Vicious circles of gender bias, lower positions, and lower performance: Gender differences in scholarly productivity and impact

Ulf Sandström, Peter van den Besselaar It is often argued that female researchers publish on average less than male researchers do, but male and female authored papers have an equal impact. In this paper we try to better understand this phenomenon by (i) comparing the share of male and female researchers within different productivity classes, and (ii) by comparing productivity whereas controlling for a series of relevant covariates. The study is based on a disambiguated Swedish author dataset, consisting of 47,000 researchers and their WoS-publications during the period of 2008-2011 with citations until 2015. As the analysis shows, in order to have impact quantity does make a difference for male and female researchers alike—but women are vastly underrepresented in the group of most productive researchers. We discuss and test several possible explanations of this finding, using a data on personal characteristics from several Swedish universities. Gender differences in age, authorship position, and academic rank do explain quite a part of the productivity differences.

Mellan politik och forskning: Byggforskningsrådet 1960-1992

Ulf Sandström Denna bok skildrar Byggforskningsrådet som organisation och forskningsfinansierande organ i relation till såväl forskningspolitiska som allmänpolitiska frågeställningar under perioden 1960-1992. Sex år efter bokens utgivning gick BFR i graven staten lade om den svenska forsk-ningsorganisationen och avslutade den traditionella sektorsforskningspolitiken. I föreliggande upplaga har vissa avsnitt som bedömts vara av mindre intresse tagits bort samt smärre språk-liga justeringar genomförts. (1) Mellan politik och forskning: Byggforskningsrådet 1960-1992. Available from: [accessed Sep 11, 2017].

Perverse effects of output-based research funding? Butler’s Australian case revisited

Peter van den Besselaar, Ulf Sandström, Ulf Heyman More than ten years ago, Linda Butler (2003a) published a well-cited article claiming that the Australian science policy in the early 1990s made a mistake by introducing output based funding. According to Butler, the policy stimulated researchers to publish more but at the same time less good papers, resulting in lower total impact of Australian research compared to other countries. We redo and extend the analysis using longer time series, and show that Butlers’ main conclusions are not correct. We conclude in this paper (i) that the currently available data reject Butler’s claim that “journal publication productivity has increased significantly… but its impact has declined”, and (ii) that it is hard to find such evidence also with a reconstruction of her data. On the contrary, after implementing evaluation systems and performance based funding, Australia not only improved its share of research output but also increased research quality, implying that total impact was greatly increased. Our findings show that if output based research funding has an effect on research quality, it is positive and not negative. This finding has implications for the discussions about research evaluation and about assumed perverse effects of incentives, as in those debates the Australian case plays a major role.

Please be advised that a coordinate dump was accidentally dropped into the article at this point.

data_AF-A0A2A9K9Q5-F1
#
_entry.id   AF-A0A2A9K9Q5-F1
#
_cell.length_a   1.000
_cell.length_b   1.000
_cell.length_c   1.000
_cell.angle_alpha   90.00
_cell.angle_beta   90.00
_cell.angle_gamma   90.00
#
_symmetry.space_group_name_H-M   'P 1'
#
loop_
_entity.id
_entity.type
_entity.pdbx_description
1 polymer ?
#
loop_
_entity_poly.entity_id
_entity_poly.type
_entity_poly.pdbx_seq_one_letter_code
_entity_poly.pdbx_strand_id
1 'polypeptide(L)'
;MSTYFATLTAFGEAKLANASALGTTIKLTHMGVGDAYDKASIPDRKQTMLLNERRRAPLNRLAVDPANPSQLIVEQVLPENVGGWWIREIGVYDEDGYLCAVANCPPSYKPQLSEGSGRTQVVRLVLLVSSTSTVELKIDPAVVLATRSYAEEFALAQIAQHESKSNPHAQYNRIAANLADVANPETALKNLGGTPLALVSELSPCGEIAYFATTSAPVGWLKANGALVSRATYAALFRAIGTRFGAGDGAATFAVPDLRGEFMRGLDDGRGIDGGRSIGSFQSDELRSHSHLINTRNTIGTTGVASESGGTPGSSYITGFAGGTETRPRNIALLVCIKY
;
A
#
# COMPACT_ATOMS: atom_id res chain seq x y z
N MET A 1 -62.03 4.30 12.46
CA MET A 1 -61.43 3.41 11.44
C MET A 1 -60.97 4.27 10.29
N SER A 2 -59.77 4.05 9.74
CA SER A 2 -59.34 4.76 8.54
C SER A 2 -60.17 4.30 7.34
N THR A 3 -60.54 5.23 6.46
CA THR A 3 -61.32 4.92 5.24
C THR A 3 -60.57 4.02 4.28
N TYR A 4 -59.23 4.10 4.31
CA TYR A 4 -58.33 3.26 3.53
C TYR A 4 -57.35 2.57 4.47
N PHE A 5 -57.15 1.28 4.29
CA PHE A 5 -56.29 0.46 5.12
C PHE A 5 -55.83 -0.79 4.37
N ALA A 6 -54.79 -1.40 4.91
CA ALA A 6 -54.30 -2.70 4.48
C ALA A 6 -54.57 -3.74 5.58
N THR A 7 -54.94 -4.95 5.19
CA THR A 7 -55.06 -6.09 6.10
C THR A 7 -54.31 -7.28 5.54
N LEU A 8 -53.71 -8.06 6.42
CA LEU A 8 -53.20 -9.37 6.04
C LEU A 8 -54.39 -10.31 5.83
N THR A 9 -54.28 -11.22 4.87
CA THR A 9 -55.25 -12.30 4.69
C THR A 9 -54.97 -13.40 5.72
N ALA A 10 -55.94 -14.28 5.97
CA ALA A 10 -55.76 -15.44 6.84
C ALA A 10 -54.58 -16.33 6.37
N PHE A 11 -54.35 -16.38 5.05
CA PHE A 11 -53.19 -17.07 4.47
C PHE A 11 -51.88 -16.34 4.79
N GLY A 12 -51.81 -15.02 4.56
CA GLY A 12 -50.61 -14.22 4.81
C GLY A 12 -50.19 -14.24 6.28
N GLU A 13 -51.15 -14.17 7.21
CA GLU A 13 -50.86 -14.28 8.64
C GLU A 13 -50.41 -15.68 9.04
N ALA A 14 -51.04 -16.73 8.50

Do observations have any role in science policy studies? A reply

Peter van den Besselaar, Ulf Heyman, Ulf Sandström In Van den Besselaar et al. (2017) we tested the claim of Linda Butler (2003) that funding systems based on output counts have a negative effect on impact as well as quality. Using new data and improved indicators, we indeed reject the claim of Butler. The impact of Australian research improved after the introduction of such a system, and did not decline as Butler states. In their comments on our findings, Linda Butler, Jochen Gläser, Kaare Aagaard & Jesper Schneider, Ben Martin, and Diana Hicks put forward a lot of arguments, but do not dispute our basic finding: citation impact of Australian research went up, immediately after the output based performance system was introduced. It is important to test the findings of Butler about Australia – as these findings are part of the accepted knowledge in the field, heavily cited, often used in policy reports, but hardly confirmed in other studies. We found that the conclusions of Butler are wrong, and that many of the policy implications based on it simply are unfounded. In our study, we used better indicators, and a similar causality concept as our opponents. And our findings are independent of the exact timing of the policy intervention. Furthermore, our commenters have not addressed our main conclusions at all, and some even claim that observations do not really matter in the social sciences. We find this position problematic − why would the taxpayer fund science policy studies, if it is merely about opinions? Let’s take science seriously − including our own field.

Quantity and/or Quality? The Importance of Publishing Many Papers

Ulf Sandström, Peter van den Besselaar Do highly productive researchers have significantly higher probability to produce top cited papers? Or do high productive researchers mainly produce a sea of irrelevant papers—in other words do we find a diminishing marginal result from productivity? The answer on these questions is important, as it may help to answer the question of whether the increased competition and increased use of indicators for research evaluation and accountability focus has perverse effects or not. We use a Swedish author disambiguated dataset consisting of 48.000 researchers and their WoS-publications during the period of 2008–2011 with citations until 2014 to investigate the relation between productivity and production of highly cited papers. As the analysis shows, quantity does make a difference.